Home Entertainment eSports Spotlight: Counter-Strike veteran Lag_Beast talks CS: GO

eSports Spotlight: Counter-Strike veteran Lag_Beast talks CS: GO

8 min read

With the recent launch of Counter-Strike: Global Offensive the obvious question has come to mind of whether it will take in the place of the previous Counter-Strike titles in our local competitive scene. This week I’ve caught up with Alistair ‘Lag_Beast’ Bouman, one of the local Counter-Strike veterans to talk about the launch of the CS: GO pickup channel and its progress.

Counter-Strike 1.6 and Source has seemingly disappeared and it wasn’t certain whether the franchise will continue to be a part of our tournaments. It is yet to be seen if the game will take off competitively in our country as well as titles in the Battlefield and Call of Duty franchises have done.

Bouman has been a part of the local Counter-Strike community for almost twelve years and currently takes in a managerial position for the team Damage Control, a name that is well known to most competitive Counter-Strike players. The line-up consists of some popular nicks such as: Style, Hellhound, G4mbit, Explicit, Surge and Warhammy. These are players who have competed across many competitive titles including Team Fortress 2. Bouman will be tasked to make sure this team is prepared for upcoming CS: GO competitions.

Bouman is also the man responsible for initiating the CS: GO pickup channel project. The channel kicked off mid August and seems to be more active than the long running Call of Duty 4 pickup channel. Check out what Bouman had to say about it and the prospects of CS: GO becoming a successful eSports title in S.A.

CS: GO Pickups

Why did you start the CS: GO pickup channel?

Well ever since 2005 when I first was introduced to the Counter Strike: Source pickup channel which allowed for individual players to practice in a competitive environment, I realized that the only way to get better is to play in these mixed clan matches and not just to play on Free For All. It was because of this that I decided to get the CS: GO pickup channel going to help other players and in general improve the overall level of gamers in South Africa so that one day when we are able to compete regularly in overseas competitions that we actually get recognized internationally – with that in mind potentially opening the doorway to sponsors for local teams etc. which ultimately means much more opportunities to make gaming a career and not just a hobby.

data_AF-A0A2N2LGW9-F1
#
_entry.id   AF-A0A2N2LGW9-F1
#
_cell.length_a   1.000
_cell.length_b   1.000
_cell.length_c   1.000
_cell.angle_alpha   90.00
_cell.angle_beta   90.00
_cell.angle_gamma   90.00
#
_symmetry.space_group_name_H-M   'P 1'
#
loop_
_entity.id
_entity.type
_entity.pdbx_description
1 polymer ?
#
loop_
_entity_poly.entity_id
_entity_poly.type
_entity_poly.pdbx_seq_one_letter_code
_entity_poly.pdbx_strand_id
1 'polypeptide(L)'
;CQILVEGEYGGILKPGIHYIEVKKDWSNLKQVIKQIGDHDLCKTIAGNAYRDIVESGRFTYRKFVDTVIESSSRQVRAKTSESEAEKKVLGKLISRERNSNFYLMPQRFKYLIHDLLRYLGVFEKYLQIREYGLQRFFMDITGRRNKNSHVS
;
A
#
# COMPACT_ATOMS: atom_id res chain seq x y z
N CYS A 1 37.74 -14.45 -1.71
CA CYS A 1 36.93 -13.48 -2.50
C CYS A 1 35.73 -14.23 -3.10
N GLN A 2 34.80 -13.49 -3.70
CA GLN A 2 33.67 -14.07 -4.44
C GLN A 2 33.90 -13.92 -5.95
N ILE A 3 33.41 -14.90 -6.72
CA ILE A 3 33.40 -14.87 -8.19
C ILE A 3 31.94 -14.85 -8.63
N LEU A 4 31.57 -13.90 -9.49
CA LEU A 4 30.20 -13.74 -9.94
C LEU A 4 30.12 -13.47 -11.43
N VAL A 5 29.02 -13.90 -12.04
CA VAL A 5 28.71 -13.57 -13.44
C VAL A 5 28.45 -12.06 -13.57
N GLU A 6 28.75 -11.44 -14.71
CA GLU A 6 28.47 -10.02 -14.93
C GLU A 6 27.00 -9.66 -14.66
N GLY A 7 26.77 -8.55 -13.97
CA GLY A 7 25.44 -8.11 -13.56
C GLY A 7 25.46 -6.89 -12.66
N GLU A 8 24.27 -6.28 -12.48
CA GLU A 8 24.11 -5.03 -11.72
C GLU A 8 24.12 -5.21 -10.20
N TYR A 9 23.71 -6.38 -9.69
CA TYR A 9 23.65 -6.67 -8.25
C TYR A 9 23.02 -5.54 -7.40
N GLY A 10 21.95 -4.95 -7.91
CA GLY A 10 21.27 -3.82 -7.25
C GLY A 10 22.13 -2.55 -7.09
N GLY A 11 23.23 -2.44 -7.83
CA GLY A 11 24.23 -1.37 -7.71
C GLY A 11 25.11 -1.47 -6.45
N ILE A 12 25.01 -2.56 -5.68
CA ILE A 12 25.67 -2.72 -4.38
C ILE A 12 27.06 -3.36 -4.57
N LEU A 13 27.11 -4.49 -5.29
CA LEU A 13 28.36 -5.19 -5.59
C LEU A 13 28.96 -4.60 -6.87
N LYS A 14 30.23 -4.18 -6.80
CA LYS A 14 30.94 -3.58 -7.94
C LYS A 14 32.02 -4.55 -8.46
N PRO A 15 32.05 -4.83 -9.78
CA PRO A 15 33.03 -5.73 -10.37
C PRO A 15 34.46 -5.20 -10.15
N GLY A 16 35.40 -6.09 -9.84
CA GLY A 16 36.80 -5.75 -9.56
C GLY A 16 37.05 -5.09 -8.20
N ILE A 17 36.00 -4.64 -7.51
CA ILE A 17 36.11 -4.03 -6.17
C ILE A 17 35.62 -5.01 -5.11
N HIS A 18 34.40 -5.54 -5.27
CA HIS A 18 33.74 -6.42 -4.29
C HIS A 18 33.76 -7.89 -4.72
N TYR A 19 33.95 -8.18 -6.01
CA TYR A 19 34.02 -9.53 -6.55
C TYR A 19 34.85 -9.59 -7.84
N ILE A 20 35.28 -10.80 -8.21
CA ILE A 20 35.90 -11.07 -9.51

Who’s been a part of the process of kicking it off?

Sho well there have been many factors in getting this started but MrSkull and DeFi had been working on the previous bot for Counter Strike: Source and with the release of CS:GO on the way I approached them with the idea to start creating an autonomous bot. With the help of these gents as well as a guy that goes by the nickname Hornet or now “faMe” who has graciously given us some servers to host the pickup servers on, we’ve managed to run the service quite efficiently.

I must admit though that without everyone putting time in and putting effort in to this service it would never be successful so thank you, to everyone and anyone that’s had input into things as is. Thank you to those people who are also actively helping in the channel with new players. It’s because of all these people that things succeeded as they have. On a side note the biggest most massive thank you to DeFi – really a genuine person with a heart of gold, the man behind the bots mysteriously coded face. If you looking for anything programmed or anything give this man a shout his rates are also pretty decent he says 😉

How do people join CS: GO pickups? What is required?

Currently, though unfortunately, the only way to access the pickups is to join IRC and enter the pickup channel to add. For this you need to download mIRC chat client (www.mIRC.com) and join the irc.shadowfire.org server and visit us in the #gopickup channel.

However DeFi is currently working on a few projects, one of which is a stand alone client that allows you to add to a pickup without having to join mIRC. Once the bot has more integration with the CS: GO servers we’ll also allow people to add to pickups by joining the servers themselves and adding in game for their convenience.

How is the channel managed/what is the administration process?